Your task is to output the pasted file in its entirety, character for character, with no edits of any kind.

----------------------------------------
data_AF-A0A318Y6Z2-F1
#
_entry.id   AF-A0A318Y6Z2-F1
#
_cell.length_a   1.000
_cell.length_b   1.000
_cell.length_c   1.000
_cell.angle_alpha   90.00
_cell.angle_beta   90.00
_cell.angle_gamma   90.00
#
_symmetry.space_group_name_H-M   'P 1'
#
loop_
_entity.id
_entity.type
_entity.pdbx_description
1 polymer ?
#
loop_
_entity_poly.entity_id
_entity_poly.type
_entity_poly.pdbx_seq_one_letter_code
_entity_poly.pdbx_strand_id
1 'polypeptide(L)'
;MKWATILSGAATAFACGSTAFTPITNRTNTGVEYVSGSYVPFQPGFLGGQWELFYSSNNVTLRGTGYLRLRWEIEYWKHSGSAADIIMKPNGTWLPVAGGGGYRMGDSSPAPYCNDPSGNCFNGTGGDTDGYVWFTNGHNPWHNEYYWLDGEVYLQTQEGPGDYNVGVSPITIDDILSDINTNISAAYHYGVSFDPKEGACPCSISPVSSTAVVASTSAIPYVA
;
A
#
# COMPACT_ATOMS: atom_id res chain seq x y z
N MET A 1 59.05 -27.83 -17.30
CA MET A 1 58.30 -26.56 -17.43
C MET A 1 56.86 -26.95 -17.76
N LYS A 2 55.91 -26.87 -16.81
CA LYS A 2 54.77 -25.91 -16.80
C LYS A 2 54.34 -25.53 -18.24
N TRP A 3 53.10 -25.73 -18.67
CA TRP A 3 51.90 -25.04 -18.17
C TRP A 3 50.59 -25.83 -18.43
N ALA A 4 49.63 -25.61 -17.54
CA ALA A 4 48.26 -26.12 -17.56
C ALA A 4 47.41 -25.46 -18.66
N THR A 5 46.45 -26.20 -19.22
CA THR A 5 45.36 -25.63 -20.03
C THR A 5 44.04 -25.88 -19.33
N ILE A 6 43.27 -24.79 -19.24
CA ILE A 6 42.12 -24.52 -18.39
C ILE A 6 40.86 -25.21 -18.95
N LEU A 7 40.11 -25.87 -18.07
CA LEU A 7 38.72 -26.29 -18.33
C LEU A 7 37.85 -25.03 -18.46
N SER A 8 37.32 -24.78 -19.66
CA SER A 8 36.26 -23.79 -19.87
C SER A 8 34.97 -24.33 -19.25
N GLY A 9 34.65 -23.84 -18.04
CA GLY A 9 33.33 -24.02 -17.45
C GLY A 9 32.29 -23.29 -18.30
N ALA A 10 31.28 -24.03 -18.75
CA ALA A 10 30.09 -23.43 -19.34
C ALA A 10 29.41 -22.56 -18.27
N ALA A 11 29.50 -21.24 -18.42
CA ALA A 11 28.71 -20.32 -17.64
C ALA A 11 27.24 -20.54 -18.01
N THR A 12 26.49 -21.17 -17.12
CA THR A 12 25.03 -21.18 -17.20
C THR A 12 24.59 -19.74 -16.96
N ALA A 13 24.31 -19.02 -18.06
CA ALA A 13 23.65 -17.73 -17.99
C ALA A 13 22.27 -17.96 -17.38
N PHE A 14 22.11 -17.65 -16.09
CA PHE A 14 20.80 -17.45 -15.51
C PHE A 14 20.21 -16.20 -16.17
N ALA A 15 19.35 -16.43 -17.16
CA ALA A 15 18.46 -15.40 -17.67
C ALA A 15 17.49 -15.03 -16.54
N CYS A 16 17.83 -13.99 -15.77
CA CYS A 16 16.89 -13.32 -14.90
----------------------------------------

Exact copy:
data_AF-A0A318Y6Z2-F1
#
_entry.id   AF-A0A318Y6Z2-F1
#
_cell.length_a   1.000
_cell.length_b   1.000
_cell.length_c   1.000
_cell.angle_alpha   90.00
_cell.angle_beta   90.00
_cell.angle_gamma   90.00
#
_symmetry.space_group_name_H-M   'P 1'
#
loop_
_entity.id
_entity.type
_entity.pdbx_description
1 polymer ?
#
loop_
_entity_poly.entity_id
_entity_poly.type
_entity_poly.pdbx_seq_one_letter_code
_entity_poly.pdbx_strand_id
1 'polypeptide(L)'
;MKWATILSGAATAFACGSTAFTPITNRTNTGVEYVSGSYVPFQPGFLGGQWELFYSSNNVTLRGTGYLRLRWEIEYWKHSGSAADIIMKPNGTWLPVAGGGGYRMGDSSPAPYCNDPSGNCFNGTGGDTDGYVWFTNGHNPWHNEYYWLDGEVYLQTQEGPGDYNVGVSPITIDDILSDINTNISAAYHYGVSFDPKEGACPCSISPVSSTAVVASTSAIPYVA
;
A
#
# COMPACT_ATOMS: atom_id res chain seq x y z
N MET A 1 59.05 -27.83 -17.30
CA MET A 1 58.30 -26.56 -17.43
C MET A 1 56.86 -26.95 -17.76
N LYS A 2 55.91 -26.87 -16.81
CA LYS A 2 54.77 -25.91 -16.80
C LYS A 2 54.34 -25.53 -18.24
N TRP A 3 53.10 -25.73 -18.67
CA TRP A 3 51.90 -25.04 -18.17
C TRP A 3 50.59 -25.83 -18.43
N ALA A 4 49.63 -25.61 -17.54
CA ALA A 4 48.26 -26.12 -17.56
C ALA A 4 47.41 -25.46 -18.66
N THR A 5 46.45 -26.20 -19.22
CA THR A 5 45.36 -25.63 -20.03
C THR A 5 44.04 -25.88 -19.33
N ILE A 6 43.27 -24.79 -19.24
CA ILE A 6 42.12 -24.52 -18.39
C ILE A 6 40.86 -25.21 -18.95
N LEU A 7 40.11 -25.87 -18.07
CA LEU A 7 38.72 -26.29 -18.33
C LEU A 7 37.85 -25.03 -18.46
N SER A 8 37.32 -24.78 -19.66
CA SER A 8 36.26 -23.79 -19.87
C SER A 8 34.97 -24.33 -19.25
N GLY A 9 34.65 -23.84 -18.04
CA GLY A 9 33.33 -24.02 -17.45
C GLY A 9 32.29 -23.29 -18.30
N ALA A 10 31.28 -24.03 -18.75
CA ALA A 10 30.09 -23.43 -19.34
C ALA A 10 29.41 -22.56 -18.27
N ALA A 11 29.50 -21.24 -18.42
CA ALA A 11 28.71 -20.32 -17.64
C ALA A 11 27.24 -20.54 -18.01
N THR A 12 26.49 -21.17 -17.12
CA THR A 12 25.03 -21.18 -17.20
C THR A 12 24.59 -19.74 -16.96
N ALA A 13 24.31 -19.02 -18.06
CA ALA A 13 23.65 -17.73 -17.99
C ALA A 13 22.27 -17.96 -17.38
N PHE A 14 22.11 -17.65 -16.09
CA PHE A 14 20.80 -17.45 -15.51
C PHE A 14 20.21 -16.20 -16.17
N ALA A 15 19.35 -16.43 -17.16
CA ALA A 15 18.46 -15.40 -17.67
C ALA A 15 17.49 -15.03 -16.54
N CYS A 16 17.83 -13.99 -15.77
CA CYS A 16 16.89 -13.32 -14.90